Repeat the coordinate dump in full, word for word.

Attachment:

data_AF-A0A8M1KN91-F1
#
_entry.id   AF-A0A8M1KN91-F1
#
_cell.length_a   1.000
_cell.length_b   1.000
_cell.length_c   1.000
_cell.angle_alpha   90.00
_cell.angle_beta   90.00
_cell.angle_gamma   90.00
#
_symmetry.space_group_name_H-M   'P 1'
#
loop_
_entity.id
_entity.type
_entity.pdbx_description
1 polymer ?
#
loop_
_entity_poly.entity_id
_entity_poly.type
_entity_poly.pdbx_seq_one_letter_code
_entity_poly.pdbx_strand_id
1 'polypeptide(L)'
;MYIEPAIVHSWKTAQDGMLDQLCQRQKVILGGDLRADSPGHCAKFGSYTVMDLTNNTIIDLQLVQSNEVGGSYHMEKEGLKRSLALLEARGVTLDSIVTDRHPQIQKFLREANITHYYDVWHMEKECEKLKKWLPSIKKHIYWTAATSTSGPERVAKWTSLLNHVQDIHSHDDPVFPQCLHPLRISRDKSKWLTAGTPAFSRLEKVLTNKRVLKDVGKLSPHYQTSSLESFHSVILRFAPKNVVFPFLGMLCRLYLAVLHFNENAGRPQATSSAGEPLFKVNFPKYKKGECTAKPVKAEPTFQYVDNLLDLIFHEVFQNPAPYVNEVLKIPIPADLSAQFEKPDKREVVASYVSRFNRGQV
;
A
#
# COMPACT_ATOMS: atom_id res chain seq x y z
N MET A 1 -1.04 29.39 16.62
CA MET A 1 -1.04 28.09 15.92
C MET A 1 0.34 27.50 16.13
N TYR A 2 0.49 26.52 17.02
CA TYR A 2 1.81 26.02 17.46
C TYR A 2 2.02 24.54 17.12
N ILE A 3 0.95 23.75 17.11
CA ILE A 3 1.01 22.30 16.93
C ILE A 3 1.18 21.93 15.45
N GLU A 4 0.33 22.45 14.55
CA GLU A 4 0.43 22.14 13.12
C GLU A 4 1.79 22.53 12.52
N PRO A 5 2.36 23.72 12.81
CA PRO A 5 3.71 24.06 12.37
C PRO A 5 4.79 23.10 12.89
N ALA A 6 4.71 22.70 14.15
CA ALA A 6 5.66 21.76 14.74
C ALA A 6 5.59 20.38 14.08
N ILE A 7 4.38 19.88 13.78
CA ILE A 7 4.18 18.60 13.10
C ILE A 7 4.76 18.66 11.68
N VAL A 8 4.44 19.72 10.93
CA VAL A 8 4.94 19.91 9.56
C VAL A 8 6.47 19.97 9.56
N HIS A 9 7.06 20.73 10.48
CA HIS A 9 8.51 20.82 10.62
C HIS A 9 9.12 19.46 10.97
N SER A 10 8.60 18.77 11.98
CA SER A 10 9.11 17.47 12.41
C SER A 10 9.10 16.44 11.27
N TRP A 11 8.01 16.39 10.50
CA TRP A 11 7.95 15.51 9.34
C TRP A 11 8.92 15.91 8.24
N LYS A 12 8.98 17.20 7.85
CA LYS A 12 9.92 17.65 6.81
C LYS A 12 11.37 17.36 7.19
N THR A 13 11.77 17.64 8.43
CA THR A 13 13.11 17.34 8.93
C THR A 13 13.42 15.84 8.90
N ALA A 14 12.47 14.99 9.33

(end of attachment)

data_AF-A0A8M1KN91-F1
#
_entry.id   AF-A0A8M1KN91-F1
#
_cell.length_a   1.000
_cell.length_b   1.000
_cell.length_c   1.000
_cell.angle_alpha   90.00
_cell.angle_beta   90.00
_cell.angle_gamma   90.00
#
_symmetry.space_group_name_H-M   'P 1'
#
loop_
_entity.id
_entity.type
_entity.pdbx_description
1 polymer ?
#
loop_
_entity_poly.entity_id
_entity_poly.type
_entity_poly.pdbx_seq_one_letter_code
_entity_poly.pdbx_strand_id
1 'polypeptide(L)'
;MYIEPAIVHSWKTAQDGMLDQLCQRQKVILGGDLRADSPGHCAKFGSYTVMDLTNNTIIDLQLVQSNEVGGSYHMEKEGLKRSLALLEARGVTLDSIVTDRHPQIQKFLREANITHYYDVWHMEKECEKLKKWLPSIKKHIYWTAATSTSGPERVAKWTSLLNHVQDIHSHDDPVFPQCLHPLRISRDKSKWLTAGTPAFSRLEKVLTNKRVLKDVGKLSPHYQTSSLESFHSVILRFAPKNVVFPFLGMLCRLYLAVLHFNENAGRPQATSSAGEPLFKVNFPKYKKGECTAKPVKAEPTFQYVDNLLDLIFHEVFQNPAPYVNEVLKIPIPADLSAQFEKPDKREVVASYVSRFNRGQV
;
A
#
# COMPACT_ATOMS: atom_id res chain seq x y z
N MET A 1 -1.04 29.39 16.62
CA MET A 1 -1.04 28.09 15.92
C MET A 1 0.34 27.50 16.13
N TYR A 2 0.49 26.52 17.02
CA TYR A 2 1.81 26.02 17.46
C TYR A 2 2.02 24.54 17.12
N ILE A 3 0.95 23.75 17.11
CA ILE A 3 1.01 22.30 16.93
C ILE A 3 1.18 21.93 15.45
N GLU A 4 0.33 22.45 14.55
CA GLU A 4 0.43 22.14 13.12
C GLU A 4 1.79 22.53 12.52
N PRO A 5 2.36 23.72 12.81
CA PRO A 5 3.71 24.06 12.37
C PRO A 5 4.79 23.10 12.89
N ALA A 6 4.71 22.70 14.15
CA ALA A 6 5.66 21.76 14.74
C ALA A 6 5.59 20.38 14.08
N ILE A 7 4.38 19.88 13.78
CA ILE A 7 4.18 18.60 13.10
C ILE A 7 4.76 18.66 11.68
N VAL A 8 4.44 19.72 10.93
CA VAL A 8 4.94 19.91 9.56
C VAL A 8 6.47 19.97 9.56
N HIS A 9 7.06 20.73 10.48
CA HIS A 9 8.51 20.82 10.62
C HIS A 9 9.12 19.46 10.97
N SER A 10 8.60 18.77 11.98
CA SER A 10 9.11 17.47 12.41
C SER A 10 9.10 16.44 11.27
N TRP A 11 8.01 16.39 10.50
CA TRP A 11 7.95 15.51 9.34
C TRP A 11 8.92 15.91 8.24
N LYS A 12 8.98 17.20 7.85
CA LYS A 12 9.92 17.65 6.81
C LYS A 12 11.37 17.36 7.19
N THR A 13 11.77 17.64 8.43
CA THR A 13 13.11 17.34 8.93
C THR A 13 13.42 15.84 8.90
N ALA A 14 12.47 14.99 9.33